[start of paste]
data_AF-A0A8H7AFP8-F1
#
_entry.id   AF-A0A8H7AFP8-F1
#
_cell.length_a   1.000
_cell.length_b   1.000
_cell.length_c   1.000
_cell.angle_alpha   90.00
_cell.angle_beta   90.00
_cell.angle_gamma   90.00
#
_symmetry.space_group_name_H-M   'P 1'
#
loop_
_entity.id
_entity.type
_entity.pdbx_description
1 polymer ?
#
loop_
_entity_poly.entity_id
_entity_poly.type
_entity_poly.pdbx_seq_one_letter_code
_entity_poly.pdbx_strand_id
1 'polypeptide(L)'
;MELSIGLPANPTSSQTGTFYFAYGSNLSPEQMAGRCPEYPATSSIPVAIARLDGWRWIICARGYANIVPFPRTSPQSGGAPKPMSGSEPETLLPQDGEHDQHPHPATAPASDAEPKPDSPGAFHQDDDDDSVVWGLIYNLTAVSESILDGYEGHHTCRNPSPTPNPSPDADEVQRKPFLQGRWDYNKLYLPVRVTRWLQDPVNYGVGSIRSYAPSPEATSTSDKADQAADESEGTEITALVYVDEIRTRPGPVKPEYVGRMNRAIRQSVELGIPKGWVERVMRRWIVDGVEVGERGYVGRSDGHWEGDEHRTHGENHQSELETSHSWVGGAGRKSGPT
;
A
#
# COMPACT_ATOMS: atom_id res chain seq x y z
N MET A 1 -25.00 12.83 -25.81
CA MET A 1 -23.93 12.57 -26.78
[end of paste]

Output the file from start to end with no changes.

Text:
data_AF-A0A8H7AFP8-F1
#
_entry.id   AF-A0A8H7AFP8-F1
#
_cell.length_a   1.000
_cell.length_b   1.000
_cell.length_c   1.000
_cell.angle_alpha   90.00
_cell.angle_beta   90.00
_cell.angle_gamma   90.00
#
_symmetry.space_group_name_H-M   'P 1'
#
loop_
_entity.id
_entity.type
_entity.pdbx_description
1 polymer ?
#
loop_
_entity_poly.entity_id
_entity_poly.type
_entity_poly.pdbx_seq_one_letter_code
_entity_poly.pdbx_strand_id
1 'polypeptide(L)'
;MELSIGLPANPTSSQTGTFYFAYGSNLSPEQMAGRCPEYPATSSIPVAIARLDGWRWIICARGYANIVPFPRTSPQSGGAPKPMSGSEPETLLPQDGEHDQHPHPATAPASDAEPKPDSPGAFHQDDDDDSVVWGLIYNLTAVSESILDGYEGHHTCRNPSPTPNPSPDADEVQRKPFLQGRWDYNKLYLPVRVTRWLQDPVNYGVGSIRSYAPSPEATSTSDKADQAADESEGTEITALVYVDEIRTRPGPVKPEYVGRMNRAIRQSVELGIPKGWVERVMRRWIVDGVEVGERGYVGRSDGHWEGDEHRTHGENHQSELETSHSWVGGAGRKSGPT
;
A
#
# COMPACT_ATOMS: atom_id res chain seq x y z
N MET A 1 -25.00 12.83 -25.81
CA MET A 1 -23.93 12.57 -26.78